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Flying High? Charles Forrester provides an overview of the Gulf aviation industry, spending and procurement.

14 November 2019 Charles Forrester

Air force procurement budgets for the Gulf region declined by 8.5% year-on-year in 2019 to USD5.8 billion, which is down from a high of USD10.1 billion in 2014, according to Jane's Defence Budgets. However, this figure is expected to increase to USD6.1 billion in 2020 and 2021.

"As more advanced fighter aircraft have been coming online in the region, the requirements for special mission aircraft that can support advanced operations have also been maturing", said Charles Forrester, principal analyst for manned and unmanned aeroengines at Jane's by IHS Markit. "Furthermore, the changing threat environment in the region has reinforced the requirement for sovereign surveillance capabilities to ensure national and international security."

Deliveries of advanced multirole combat aircraft such as the Boeing F-15SA to Saudi Arabia and Eurofighter Typhoon aircraft to Oman have helped to bolster the combat capabilities of regional air forces, and their ability to respond to threats in the region.

Similarly, countries such as Kuwait are in the process of upgrading their capabilities by acquiring new Eurofighter Typhoon and Boeing F/A-18E/F Super Hornet aircraft. The Royal Bahraini Air Force is also upgrading its Lockheed Martin F-16C/D Fighting Falcon to the F-16V standard in addition to acquiring further F-16V aircraft.

The demand for manned and unmanned assets to support these aircraft are growing, ranging from surveillance and airborne early warning aircraft, to UAVs that can be operated from a helicopter through manned-unmanned teaming (MUM-T) technology.

"Events over the past year, as Iran has become increasingly aggressive, have shown that there is a strong need for surveillance capabilities to ensure that critical national infrastructure remains secure, and that governments have the right information to respond," Forrester said.

"As information warfare becomes an increasingly complex part of military operations, being able to know and understand the tactical and strategic picture is vital to military commanders and political leaders. Airborne surveillance assets, both manned and unmanned, are a key part of building this picture."

Air Force procurement budgets down but stabilising - with regional budgets making up just 5% of global air force spending

Jane's expects air force procurement budgets to increase and stabilise to USD6.1 billion in 2020 and 2021.

"The decline in procurement expenditure we've noted since 2014 can be attributed to the drop in oil price seen in 2014 and 2015, but also to a number of major procurement programmes having been signed off," said Forrester. "Major procurements by Saudi Arabia are still to be contracted, which will impact the broader procurement spending profile for the region."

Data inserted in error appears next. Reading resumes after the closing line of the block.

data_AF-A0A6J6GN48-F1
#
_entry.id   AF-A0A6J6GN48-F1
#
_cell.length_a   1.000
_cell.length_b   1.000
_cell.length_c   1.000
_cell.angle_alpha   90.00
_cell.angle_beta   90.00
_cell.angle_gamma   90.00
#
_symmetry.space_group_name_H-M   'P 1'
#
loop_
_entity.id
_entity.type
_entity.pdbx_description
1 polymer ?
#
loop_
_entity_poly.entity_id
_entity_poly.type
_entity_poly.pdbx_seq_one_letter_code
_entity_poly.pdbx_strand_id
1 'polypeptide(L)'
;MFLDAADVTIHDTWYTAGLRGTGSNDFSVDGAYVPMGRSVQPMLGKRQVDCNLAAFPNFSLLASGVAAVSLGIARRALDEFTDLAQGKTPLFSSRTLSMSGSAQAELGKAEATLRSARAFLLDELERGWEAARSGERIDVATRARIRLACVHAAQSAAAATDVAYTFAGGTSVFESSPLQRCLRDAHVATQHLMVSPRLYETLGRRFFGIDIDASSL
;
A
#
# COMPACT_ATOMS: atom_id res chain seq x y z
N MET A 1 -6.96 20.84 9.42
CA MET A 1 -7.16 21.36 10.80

Expenditure on air force operations and maintenance has risen from USD4.6 billion in 2014 to USD6.4 billion in 2019, and is forecast to grow steadily to USD7.1 billion by 2025.

Overall air force budgets in the region are valued at USD22.2 billion in 2019, and are forecast to increase to USD22.6 billion, or 5% of global air force spending, in 2020.

Regional industrial efforts to drive aviation capabilities?

Regional industrial capabilities in the aerospace sector are increasing, with both Saudi Arabia and the UAE continuing to build their domestic competencies in areas such as aerostructure manufacturing and maintenance, repair, and overhaul for both the civil and military markets.

Saudi Arabia is moving ahead with industrial and economic development plans under Vision 2030, and plans to enhance its integration into the global supply chain for military and civil aircraft are emerging as fundamental building blocks for domestic capabilities. Cross-border collaboration with the UAE is helping to develop these skills, while also building up the region as a centre for the global aerospace industry.

Changes to the Tawazun Economic Programme in the UAE announced earlier this year are continuing to position the UAE at the cutting edge of technology and development by leveraging major procurements to promote investment and innovation. The aerospace sector has remained a key objective for the UAE, with new areas such as blockchain, additive manufacturing (3D printing), smart sensors, and quantum computing being added to the areas of focus for the country.

"As these technologies become increasingly important to military and civilian users, the UAE will be well-positioned as both an investor and manufacturer in the global aerospace industry," Forrester said. "The recent launch of EDGE in the UAE will also help to position the country as a regional research and development investor and powerhouse."

Posted 14 November 2019 by Charles Forrester, Aerospace & Defence Industry, Emerging Markets


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